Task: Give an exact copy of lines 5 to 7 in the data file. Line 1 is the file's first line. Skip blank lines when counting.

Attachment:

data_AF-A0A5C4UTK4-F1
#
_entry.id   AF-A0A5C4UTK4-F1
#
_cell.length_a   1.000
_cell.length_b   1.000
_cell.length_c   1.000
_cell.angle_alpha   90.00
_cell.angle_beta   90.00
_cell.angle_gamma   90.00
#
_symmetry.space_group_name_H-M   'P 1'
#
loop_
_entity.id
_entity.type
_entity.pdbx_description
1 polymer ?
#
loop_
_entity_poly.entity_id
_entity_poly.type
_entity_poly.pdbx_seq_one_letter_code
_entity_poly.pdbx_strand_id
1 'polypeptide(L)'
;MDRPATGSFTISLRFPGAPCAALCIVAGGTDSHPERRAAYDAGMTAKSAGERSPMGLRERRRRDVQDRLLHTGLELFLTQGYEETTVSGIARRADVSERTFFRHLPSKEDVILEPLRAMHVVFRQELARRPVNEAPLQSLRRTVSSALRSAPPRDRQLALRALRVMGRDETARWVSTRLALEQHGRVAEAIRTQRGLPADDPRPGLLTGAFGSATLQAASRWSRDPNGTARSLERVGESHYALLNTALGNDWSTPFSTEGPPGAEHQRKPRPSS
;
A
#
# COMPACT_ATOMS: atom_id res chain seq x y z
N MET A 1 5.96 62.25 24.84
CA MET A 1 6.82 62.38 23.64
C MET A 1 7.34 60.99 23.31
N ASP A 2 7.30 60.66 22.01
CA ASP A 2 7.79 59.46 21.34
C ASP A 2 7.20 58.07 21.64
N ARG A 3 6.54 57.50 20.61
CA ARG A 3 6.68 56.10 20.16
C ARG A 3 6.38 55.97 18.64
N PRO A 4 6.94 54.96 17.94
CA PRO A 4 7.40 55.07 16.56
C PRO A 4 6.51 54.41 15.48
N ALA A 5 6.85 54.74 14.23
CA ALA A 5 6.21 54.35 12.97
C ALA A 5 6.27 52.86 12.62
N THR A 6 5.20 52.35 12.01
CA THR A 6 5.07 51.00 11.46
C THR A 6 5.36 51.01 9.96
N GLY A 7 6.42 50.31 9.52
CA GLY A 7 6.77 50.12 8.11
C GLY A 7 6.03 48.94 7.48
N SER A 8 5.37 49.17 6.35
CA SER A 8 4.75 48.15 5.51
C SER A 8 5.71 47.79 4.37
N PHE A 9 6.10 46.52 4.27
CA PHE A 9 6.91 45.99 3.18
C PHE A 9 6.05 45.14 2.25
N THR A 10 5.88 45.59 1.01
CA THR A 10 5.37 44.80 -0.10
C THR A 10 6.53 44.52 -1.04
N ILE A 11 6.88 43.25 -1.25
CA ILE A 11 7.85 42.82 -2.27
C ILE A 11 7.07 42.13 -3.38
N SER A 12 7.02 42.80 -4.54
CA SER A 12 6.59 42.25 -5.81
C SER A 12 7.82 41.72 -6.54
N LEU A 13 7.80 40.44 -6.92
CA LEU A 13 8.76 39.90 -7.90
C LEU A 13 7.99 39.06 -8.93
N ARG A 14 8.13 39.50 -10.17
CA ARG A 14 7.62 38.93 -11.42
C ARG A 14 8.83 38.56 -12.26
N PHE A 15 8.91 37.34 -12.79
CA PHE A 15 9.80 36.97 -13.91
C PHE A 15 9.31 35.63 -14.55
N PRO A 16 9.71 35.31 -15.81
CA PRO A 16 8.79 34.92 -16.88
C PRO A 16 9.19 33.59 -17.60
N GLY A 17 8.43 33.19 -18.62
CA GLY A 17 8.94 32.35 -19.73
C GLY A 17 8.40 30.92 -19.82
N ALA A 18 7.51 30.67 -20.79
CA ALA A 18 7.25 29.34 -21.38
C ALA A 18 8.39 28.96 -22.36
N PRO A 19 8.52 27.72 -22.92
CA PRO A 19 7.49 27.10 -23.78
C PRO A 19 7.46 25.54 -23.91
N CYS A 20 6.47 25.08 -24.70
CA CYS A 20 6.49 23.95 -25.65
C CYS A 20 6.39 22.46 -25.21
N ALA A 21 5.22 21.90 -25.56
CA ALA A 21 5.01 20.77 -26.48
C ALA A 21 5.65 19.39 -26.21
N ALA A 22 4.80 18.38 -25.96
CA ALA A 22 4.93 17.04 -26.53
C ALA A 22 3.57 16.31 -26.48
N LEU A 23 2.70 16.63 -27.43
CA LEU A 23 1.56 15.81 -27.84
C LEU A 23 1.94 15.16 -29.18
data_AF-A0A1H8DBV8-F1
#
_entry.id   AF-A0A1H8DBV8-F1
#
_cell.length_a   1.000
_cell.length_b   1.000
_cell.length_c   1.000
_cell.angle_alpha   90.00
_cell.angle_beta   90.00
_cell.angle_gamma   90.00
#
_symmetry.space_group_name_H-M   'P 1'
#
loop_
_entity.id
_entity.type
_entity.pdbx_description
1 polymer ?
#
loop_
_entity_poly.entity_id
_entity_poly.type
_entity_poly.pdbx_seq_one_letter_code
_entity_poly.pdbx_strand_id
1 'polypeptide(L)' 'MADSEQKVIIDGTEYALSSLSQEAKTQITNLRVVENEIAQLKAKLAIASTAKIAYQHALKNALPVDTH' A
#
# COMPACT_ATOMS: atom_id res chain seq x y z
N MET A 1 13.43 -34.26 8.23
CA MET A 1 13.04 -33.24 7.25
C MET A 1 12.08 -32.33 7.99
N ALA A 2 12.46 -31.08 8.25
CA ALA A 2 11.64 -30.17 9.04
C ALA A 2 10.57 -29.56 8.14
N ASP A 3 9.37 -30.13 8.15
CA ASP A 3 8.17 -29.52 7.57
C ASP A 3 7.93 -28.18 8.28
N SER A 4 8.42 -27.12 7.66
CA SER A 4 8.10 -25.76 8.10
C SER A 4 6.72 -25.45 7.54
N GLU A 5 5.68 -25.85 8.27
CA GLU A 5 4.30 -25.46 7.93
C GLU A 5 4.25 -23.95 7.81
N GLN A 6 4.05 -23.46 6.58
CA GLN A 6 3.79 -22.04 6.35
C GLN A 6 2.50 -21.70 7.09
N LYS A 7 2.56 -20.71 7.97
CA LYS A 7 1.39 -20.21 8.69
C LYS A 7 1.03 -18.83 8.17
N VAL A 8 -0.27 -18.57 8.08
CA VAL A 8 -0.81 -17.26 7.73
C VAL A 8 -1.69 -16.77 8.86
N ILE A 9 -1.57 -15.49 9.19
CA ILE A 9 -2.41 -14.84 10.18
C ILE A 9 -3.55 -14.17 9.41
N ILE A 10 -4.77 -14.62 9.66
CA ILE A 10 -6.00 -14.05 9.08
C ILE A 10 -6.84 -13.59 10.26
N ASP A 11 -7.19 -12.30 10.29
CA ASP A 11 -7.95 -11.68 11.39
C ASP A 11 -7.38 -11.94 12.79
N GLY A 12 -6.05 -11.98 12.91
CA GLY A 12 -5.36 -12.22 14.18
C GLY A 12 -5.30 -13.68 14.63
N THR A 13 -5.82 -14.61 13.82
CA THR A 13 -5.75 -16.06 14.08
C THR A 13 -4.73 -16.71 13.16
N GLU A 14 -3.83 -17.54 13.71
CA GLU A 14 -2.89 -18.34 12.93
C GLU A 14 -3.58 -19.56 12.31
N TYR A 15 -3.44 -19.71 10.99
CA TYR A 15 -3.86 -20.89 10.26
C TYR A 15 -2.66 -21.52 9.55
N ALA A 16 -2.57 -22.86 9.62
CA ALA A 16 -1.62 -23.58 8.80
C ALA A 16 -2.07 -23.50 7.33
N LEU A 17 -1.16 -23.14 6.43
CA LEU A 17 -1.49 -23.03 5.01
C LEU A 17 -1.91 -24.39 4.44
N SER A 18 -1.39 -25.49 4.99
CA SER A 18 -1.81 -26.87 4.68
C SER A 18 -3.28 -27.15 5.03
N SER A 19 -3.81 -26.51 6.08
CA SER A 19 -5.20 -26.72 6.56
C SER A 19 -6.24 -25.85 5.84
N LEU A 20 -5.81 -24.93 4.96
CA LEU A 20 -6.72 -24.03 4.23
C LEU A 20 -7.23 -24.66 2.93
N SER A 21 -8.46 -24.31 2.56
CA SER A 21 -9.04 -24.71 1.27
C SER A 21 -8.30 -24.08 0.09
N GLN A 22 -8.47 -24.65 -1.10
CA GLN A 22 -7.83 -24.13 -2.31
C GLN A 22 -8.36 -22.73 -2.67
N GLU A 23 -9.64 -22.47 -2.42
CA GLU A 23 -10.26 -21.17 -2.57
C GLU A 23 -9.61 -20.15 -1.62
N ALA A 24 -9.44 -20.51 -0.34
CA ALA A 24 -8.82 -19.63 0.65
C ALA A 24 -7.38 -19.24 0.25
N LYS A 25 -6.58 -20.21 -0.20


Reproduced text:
_cell.length_a   1.000
_cell.length_b   1.000
_cell.length_c   1.000